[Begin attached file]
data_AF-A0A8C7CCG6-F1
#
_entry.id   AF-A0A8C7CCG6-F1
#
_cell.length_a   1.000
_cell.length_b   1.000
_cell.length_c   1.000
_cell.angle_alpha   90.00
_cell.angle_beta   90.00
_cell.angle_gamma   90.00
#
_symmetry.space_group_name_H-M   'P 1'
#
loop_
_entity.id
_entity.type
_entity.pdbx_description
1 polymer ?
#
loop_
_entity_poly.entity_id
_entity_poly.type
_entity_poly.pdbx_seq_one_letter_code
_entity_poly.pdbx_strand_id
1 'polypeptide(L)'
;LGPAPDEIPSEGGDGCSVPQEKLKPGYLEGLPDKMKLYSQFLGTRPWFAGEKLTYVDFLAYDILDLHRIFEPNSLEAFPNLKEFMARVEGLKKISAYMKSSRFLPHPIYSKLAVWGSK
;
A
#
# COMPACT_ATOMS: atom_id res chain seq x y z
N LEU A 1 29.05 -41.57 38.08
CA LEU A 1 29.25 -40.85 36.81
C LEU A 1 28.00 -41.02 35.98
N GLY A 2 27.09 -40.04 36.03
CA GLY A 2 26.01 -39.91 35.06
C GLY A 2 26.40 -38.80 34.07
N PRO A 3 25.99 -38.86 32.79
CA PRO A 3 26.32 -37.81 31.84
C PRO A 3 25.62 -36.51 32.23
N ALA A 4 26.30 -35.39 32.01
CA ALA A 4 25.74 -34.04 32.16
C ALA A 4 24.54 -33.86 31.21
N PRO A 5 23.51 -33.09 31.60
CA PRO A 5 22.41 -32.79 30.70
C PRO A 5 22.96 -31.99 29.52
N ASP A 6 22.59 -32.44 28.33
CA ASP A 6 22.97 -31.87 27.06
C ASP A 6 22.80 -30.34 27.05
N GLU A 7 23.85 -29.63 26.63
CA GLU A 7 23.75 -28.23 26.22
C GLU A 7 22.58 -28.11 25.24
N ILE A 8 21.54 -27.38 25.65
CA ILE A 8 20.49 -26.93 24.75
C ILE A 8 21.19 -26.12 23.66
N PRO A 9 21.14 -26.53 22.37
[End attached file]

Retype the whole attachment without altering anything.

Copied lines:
data_AF-A0A8C7CCG6-F1
#
_entry.id   AF-A0A8C7CCG6-F1
#
_cell.length_a   1.000
_cell.length_b   1.000
_cell.length_c   1.000
_cell.angle_alpha   90.00
_cell.angle_beta   90.00
_cell.angle_gamma   90.00
#
_symmetry.space_group_name_H-M   'P 1'
#
loop_
_entity.id
_entity.type
_entity.pdbx_description
1 polymer ?
#
loop_
_entity_poly.entity_id
_entity_poly.type
_entity_poly.pdbx_seq_one_letter_code
_entity_poly.pdbx_strand_id
1 'polypeptide(L)'
;LGPAPDEIPSEGGDGCSVPQEKLKPGYLEGLPDKMKLYSQFLGTRPWFAGEKLTYVDFLAYDILDLHRIFEPNSLEAFPNLKEFMARVEGLKKISAYMKSSRFLPHPIYSKLAVWGSK
;
A
#
# COMPACT_ATOMS: atom_id res chain seq x y z
N LEU A 1 29.05 -41.57 38.08
CA LEU A 1 29.25 -40.85 36.81
C LEU A 1 28.00 -41.02 35.98
N GLY A 2 27.09 -40.04 36.03
CA GLY A 2 26.01 -39.91 35.06
C GLY A 2 26.40 -38.80 34.07
N PRO A 3 25.99 -38.86 32.79
CA PRO A 3 26.32 -37.81 31.84
C PRO A 3 25.62 -36.51 32.23
N ALA A 4 26.30 -35.39 32.01
CA ALA A 4 25.74 -34.04 32.16
C ALA A 4 24.54 -33.86 31.21
N PRO A 5 23.51 -33.09 31.60
CA PRO A 5 22.41 -32.79 30.70
C PRO A 5 22.96 -31.99 29.52
N ASP A 6 22.59 -32.44 28.33
CA ASP A 6 22.97 -31.87 27.06
C ASP A 6 22.80 -30.34 27.05
N GLU A 7 23.85 -29.63 26.63
CA GLU A 7 23.75 -28.23 26.22
C GLU A 7 22.58 -28.11 25.24
N ILE A 8 21.54 -27.38 25.65
CA ILE A 8 20.49 -26.93 24.75
C ILE A 8 21.19 -26.12 23.66
N PRO A 9 21.14 -26.53 22.37